They were sitting in desks with their faces around- Short Fiction
The class was full, and none of the students were talking, creating a pseudo-silence only present in libraries with one fly inside. The teacher, who was new to working at the public high school asked the question again which instead of entering the student’s minds and being interpreted it entered their ears and garbled itself into something lost and forgotten like a dull pencil in the back of a locker at the end of someone’s 7th grade school year. Not one student was listening, and the one teacher did not know what to do. The students did not even talk amongst themselves or dress up in any particular aesthetic. They dressed in hoodies often, or the occasional sweater, or mono-colored short sleeve tee usually red or blue or green. Some classes at the beginning of the year one or two students would try to answer questions in dry (not in a funny way), but not precise terms. Most homework got done, yet no one did all the assignments and everyone had roughly the same B minusish give, or take grades. She had initially tried reporting it to the principal, but it was “a very silly idea for a very busy man”. She often sighed loudly after she noticed that her students did it as well in class sometimes.
The room had a paneled ceiling, paneled with the sort of white spotted cardboard rectangular tile that made the rooms in the school look like an office space. The teacher switched to lecture style, which made her students turn in their homework with less quality, and lower frequency. This did not change when she went back to the traditional question, and answer sort of thing that teachers did in movies. She tried putting up many colorful posters to cheer up the high school students. Stuff with cats on them from the early 2010s. Someone said something about “Cats” to a response lacking laughter. She was afraid to speak in the lunchroom about her class’s issues since everyone else seemed so frustrated with their students talking in class or even skipping class (which her students did not seem to have a reason to do). She no longer gave students not in her class detention if she encountered one without a hall pass, she really wanted them to enjoy themselves. Everyday she taught what she had studied for years to the bored unrioting masses, and received no affection or even collective youthful rebellion.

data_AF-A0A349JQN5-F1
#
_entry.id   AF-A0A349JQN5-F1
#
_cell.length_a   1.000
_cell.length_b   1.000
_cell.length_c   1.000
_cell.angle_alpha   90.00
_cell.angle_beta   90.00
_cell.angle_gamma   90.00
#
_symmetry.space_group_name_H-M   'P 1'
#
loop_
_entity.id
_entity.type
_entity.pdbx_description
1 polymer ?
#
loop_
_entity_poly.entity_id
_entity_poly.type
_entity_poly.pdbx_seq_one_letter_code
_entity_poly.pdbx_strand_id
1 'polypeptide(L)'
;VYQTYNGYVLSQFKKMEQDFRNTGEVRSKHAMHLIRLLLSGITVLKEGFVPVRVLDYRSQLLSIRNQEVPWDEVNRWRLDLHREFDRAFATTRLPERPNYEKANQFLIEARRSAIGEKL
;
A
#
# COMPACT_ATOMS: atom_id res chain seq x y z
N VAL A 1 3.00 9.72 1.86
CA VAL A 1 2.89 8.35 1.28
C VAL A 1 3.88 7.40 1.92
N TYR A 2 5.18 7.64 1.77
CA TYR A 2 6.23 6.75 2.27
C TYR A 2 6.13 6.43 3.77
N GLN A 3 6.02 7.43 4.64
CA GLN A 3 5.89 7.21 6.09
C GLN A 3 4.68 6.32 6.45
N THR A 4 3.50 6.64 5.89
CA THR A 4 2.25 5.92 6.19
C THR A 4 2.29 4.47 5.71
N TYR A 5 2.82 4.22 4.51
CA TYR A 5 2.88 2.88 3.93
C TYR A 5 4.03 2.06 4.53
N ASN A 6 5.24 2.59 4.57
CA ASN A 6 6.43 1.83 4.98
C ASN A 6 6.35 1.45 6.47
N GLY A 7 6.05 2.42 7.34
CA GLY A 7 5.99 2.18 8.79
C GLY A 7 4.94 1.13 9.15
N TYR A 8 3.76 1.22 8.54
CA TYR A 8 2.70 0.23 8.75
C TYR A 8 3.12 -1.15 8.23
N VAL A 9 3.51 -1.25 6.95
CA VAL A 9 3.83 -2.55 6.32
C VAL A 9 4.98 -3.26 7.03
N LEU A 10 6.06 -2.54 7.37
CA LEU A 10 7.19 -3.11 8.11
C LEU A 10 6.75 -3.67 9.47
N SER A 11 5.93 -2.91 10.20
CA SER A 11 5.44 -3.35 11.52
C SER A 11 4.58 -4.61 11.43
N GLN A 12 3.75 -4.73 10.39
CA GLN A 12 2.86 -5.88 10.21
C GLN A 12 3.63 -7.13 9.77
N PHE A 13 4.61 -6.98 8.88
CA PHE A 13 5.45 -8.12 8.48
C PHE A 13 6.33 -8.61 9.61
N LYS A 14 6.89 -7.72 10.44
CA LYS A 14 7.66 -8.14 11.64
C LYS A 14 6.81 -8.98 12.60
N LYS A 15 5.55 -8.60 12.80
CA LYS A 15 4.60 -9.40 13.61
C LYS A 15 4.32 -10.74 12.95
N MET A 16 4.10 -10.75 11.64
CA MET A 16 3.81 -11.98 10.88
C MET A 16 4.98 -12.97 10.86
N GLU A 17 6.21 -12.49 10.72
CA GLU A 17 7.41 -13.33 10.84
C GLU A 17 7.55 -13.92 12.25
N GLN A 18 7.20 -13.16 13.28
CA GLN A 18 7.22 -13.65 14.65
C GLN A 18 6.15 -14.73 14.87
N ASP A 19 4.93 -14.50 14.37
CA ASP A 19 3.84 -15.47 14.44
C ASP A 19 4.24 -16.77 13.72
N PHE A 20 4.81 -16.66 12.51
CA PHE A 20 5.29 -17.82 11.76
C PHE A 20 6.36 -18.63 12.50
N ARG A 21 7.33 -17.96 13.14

She drank lots of coffee throughout the day, and increasingly less water. Her students had never seemed like water drinkers, and had some Dunkin donut’s cups from the morning long into the afternoon. She had the same food everyday for lunch, and her eyes felt like metal weights were sitting inside by the the time the day’s last bell called out her heavenly salvation. She spent more, and more time to go to sleep each night waiting at least an hour with her eyes closed till it happened, and she could try to dream. She brushed her teeth in the morning though she did not know if it was enough because her had been getting yellower and her face, and bones felt tight an out of practice gymnast who had been turned to stone mid stretch.
One day a student wore a pink long sleeve, and had no backpack. She had seen other students (not her perpetual pests) who wore hats and eyeshadow, and, skirts, and band logos and tie dye, and hair dye, not carry their backpacks, not hers, not even purses, or shoulder bags. Her students had backpacks ranging from blue to dark green to red. The student who had a pink shirt raised their hand for the first time, but then put it down. At this point the teacher normally choose random volunteers, but decided to make this student pay for her sin. The student answered the question wrong though, and she had to just tell everyone the answer even though some people had gotten it right anyways on the homework.
She saw something weird with them for the first time, but it was always there and she did not comment because it was so nice. The students had no faces except the shapes of their faces attached to their heads which where as empty as googling “rolling planes” and a full as an red ant’s in a New York city rat exterminator's office that was too busy to call the bug guys. Their faces where not on their skin but in the air in front of them fidgeting. Some wore glasses which was funny looking since the eyes stood in front of their desks. When class was over she walked through the hall seeing how special her student’s where compared to the diseased hoards of images that the other teachers had. Even the other teachers in the break room had faces bound so tightly to their skulls that their noses needed to be pulled out to the smell the coffee that they sucked into their infinite rows of daggerish slowly yellowing fangs. She finally had a noisy class. She sighs in relief.